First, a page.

Monday, July 16, 2012

Becoming a Young Woman 2012

On the first evening of our time together, around the crackling fire, an old story was shared. It was the story of a village that barely survived a cold and hard winter long ago. The people of that village believed that if they went through one more cold winter that they would not be able to survive, so they lived in fear. As another winter approached the people asked nature to be kind, but the winter was hard yet again and the people barely survived. So, as in many good stories about the past, some of the villagers walked to the outer edge of the village to ask the wise old woman what they were to do. Her answer was to send a young warrior into the woods to look into the eyes of a wild animal and through that look a message would be communicated.

Many of the people of the village were not compelled to look a wild animal into the eyes and they shrugged away from the idea, they went about their regular business. But there was one young girl who accepted the challenge. She was nervous but she knew that her people needed her to face this challenge courageously.

I won’t share the rest of the story now… but as the dark of the evening set in we all, three mentors and nine girls chose to look into the eyes of the wild courageously for our week together. We each tossed a piece of cedar into the fire as we spoke about an “edge” that we are facing during the week: challenges like making new friends, solo time, and sweat lodge.

As the night faded into the next day we started to find connections within our group. Friendships began to form and we played goofy group building and awareness awakening games together. Laughter began to erupt across the Meadow of Sacred Groves on Bainbridge Island. One girl said, “Is this my life?!” and another said, “This camp should be named the Awesomist-Awesome-Camp!” and we were introduced to what would become our camp motto, “YOLO!” (or “You only live once!”).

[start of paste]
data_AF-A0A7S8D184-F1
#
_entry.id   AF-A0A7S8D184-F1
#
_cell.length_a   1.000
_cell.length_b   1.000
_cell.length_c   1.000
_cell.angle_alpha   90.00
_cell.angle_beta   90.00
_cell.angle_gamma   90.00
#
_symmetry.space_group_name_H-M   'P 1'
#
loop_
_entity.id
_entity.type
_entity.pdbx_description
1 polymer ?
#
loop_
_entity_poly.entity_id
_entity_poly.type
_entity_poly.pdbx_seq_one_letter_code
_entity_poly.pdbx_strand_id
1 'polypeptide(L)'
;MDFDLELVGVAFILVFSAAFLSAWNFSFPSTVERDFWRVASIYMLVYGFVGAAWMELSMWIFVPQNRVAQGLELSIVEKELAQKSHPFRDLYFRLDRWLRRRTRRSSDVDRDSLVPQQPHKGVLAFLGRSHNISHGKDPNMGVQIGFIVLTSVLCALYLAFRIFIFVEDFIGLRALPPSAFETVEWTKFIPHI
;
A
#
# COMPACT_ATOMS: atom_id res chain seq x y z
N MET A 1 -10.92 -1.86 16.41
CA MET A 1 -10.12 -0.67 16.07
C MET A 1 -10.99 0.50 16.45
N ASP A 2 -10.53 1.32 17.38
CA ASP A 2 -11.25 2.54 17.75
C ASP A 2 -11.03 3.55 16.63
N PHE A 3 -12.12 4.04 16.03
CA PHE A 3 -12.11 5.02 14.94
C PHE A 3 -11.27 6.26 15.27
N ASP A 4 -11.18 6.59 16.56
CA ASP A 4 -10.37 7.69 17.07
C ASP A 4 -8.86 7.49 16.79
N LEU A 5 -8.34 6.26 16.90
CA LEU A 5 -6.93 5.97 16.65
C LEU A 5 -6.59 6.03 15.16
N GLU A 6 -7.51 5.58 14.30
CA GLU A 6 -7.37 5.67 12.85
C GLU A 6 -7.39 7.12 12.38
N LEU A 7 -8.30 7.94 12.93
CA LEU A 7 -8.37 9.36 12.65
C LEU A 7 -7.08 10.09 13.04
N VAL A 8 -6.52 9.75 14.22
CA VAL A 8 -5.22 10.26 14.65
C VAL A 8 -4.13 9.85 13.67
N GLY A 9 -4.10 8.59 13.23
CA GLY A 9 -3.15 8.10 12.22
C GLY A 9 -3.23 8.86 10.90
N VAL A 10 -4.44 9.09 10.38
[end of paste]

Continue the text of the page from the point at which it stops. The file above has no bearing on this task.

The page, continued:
In the days that followed we participated in meaningful ceremonies, learned some primitive skills (like starting a fire with a bow-drill, cooking directly on the coals, and making herbal medicine), and stepped into the woods for solo time.

On July 4th, Independence Day, the girls were sent off for their 8-hour solo time in the woods. As they faced a long day alone in the woods, something that many young people and adults never experience, the mentors maintained a Sacred Fire in honor of the girls. The 8 hours may have passed slowly in the woods but all of the girls met the challenge with grace. And as they returned to the Meadow to the sound of a celebratory song each girl smiled with pride. After the song ended and the silence was broken the girls began to chatter, excited to return to their new friends. The group became a community that night.

The next morning we shared solo day stories, this poem called The Forest was written by Sophie Altaras (age 12):

I sing as I tiptoe in my mind through the forest softer than you’ll ever know
I can’t really describe it, the feeling I get when I come here
It’s sort of a calmness, like in the eyes of a mother deer